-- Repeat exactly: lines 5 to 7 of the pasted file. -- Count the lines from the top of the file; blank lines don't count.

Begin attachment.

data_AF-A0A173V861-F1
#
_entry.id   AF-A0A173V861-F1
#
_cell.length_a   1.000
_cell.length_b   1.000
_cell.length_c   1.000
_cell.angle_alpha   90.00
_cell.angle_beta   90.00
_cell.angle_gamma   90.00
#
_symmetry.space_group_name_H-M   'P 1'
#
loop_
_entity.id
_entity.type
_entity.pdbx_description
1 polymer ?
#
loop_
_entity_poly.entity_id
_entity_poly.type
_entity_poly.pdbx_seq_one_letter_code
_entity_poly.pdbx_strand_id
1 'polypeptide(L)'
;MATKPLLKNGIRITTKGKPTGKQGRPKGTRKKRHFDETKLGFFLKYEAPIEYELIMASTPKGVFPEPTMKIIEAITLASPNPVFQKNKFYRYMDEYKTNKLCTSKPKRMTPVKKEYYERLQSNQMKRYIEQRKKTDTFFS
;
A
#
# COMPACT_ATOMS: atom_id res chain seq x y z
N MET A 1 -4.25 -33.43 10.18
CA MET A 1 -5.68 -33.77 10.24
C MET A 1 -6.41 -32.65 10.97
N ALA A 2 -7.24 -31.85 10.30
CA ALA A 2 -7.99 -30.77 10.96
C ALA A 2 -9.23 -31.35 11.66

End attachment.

_cell.length_a   1.000
_cell.length_b   1.000
_cell.length_c   1.000